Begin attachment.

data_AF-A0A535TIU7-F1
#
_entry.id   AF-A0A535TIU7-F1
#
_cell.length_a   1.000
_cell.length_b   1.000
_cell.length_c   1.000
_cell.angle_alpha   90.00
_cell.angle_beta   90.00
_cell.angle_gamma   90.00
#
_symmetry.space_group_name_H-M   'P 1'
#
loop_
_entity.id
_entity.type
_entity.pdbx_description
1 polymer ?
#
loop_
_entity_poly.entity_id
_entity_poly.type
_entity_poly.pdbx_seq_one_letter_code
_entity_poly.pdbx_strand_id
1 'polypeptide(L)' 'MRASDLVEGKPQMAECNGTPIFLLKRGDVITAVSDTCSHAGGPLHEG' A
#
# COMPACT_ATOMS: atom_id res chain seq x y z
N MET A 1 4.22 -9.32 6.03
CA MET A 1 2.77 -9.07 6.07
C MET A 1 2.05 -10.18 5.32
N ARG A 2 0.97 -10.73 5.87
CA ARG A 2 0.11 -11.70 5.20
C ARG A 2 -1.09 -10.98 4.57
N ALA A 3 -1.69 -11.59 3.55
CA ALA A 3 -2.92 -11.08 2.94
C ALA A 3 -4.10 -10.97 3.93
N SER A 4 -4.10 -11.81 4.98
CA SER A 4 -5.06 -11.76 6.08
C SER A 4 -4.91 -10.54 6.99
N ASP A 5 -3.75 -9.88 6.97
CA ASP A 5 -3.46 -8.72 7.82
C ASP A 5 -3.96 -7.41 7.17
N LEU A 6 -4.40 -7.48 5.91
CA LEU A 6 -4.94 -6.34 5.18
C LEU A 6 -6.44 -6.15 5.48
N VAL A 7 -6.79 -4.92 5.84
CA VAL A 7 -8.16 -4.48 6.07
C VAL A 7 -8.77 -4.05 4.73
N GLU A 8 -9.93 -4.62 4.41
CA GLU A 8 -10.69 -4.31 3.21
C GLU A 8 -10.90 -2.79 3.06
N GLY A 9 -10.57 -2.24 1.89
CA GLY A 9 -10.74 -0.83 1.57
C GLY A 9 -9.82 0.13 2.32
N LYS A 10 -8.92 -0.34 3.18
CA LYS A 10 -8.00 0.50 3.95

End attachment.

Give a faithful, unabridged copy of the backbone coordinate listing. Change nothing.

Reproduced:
data_AF-A0A535TIU7-F1
#
_entry.id   AF-A0A535TIU7-F1
#
_cell.length_a   1.000
_cell.length_b   1.000
_cell.length_c   1.000
_cell.angle_alpha   90.00
_cell.angle_beta   90.00
_cell.angle_gamma   90.00
#
_symmetry.space_group_name_H-M   'P 1'
#
loop_
_entity.id
_entity.type
_entity.pdbx_description
1 polymer ?
#
loop_
_entity_poly.entity_id
_entity_poly.type
_entity_poly.pdbx_seq_one_letter_code
_entity_poly.pdbx_strand_id
1 'polypeptide(L)' 'MRASDLVEGKPQMAECNGTPIFLLKRGDVITAVSDTCSHAGGPLHEG' A
#
# COMPACT_ATOMS: atom_id res chain seq x y z
N MET A 1 4.22 -9.32 6.03
CA MET A 1 2.77 -9.07 6.07
C MET A 1 2.05 -10.18 5.32
N ARG A 2 0.97 -10.73 5.87
CA ARG A 2 0.11 -11.70 5.20
C ARG A 2 -1.09 -10.98 4.57
N ALA A 3 -1.69 -11.59 3.55
CA ALA A 3 -2.92 -11.08 2.94
C ALA A 3 -4.10 -10.97 3.93
N SER A 4 -4.10 -11.81 4.98
CA SER A 4 -5.06 -11.76 6.08
C SER A 4 -4.91 -10.54 6.99
N ASP A 5 -3.75 -9.88 6.97
CA ASP A 5 -3.46 -8.72 7.82
C ASP A 5 -3.96 -7.41 7.17
N LEU A 6 -4.40 -7.48 5.91
CA LEU A 6 -4.94 -6.34 5.18
C LEU A 6 -6.44 -6.15 5.48
N VAL A 7 -6.79 -4.92 5.84
CA VAL A 7 -8.16 -4.48 6.07
C VAL A 7 -8.77 -4.05 4.73
N GLU A 8 -9.93 -4.62 4.41
CA GLU A 8 -10.69 -4.31 3.21
C GLU A 8 -10.90 -2.79 3.06
N GLY A 9 -10.57 -2.24 1.89
CA GLY A 9 -10.74 -0.83 1.57
C GLY A 9 -9.82 0.13 2.32
N LYS A 10 -8.92 -0.34 3.18
CA LYS A 10 -8.00 0.50 3.95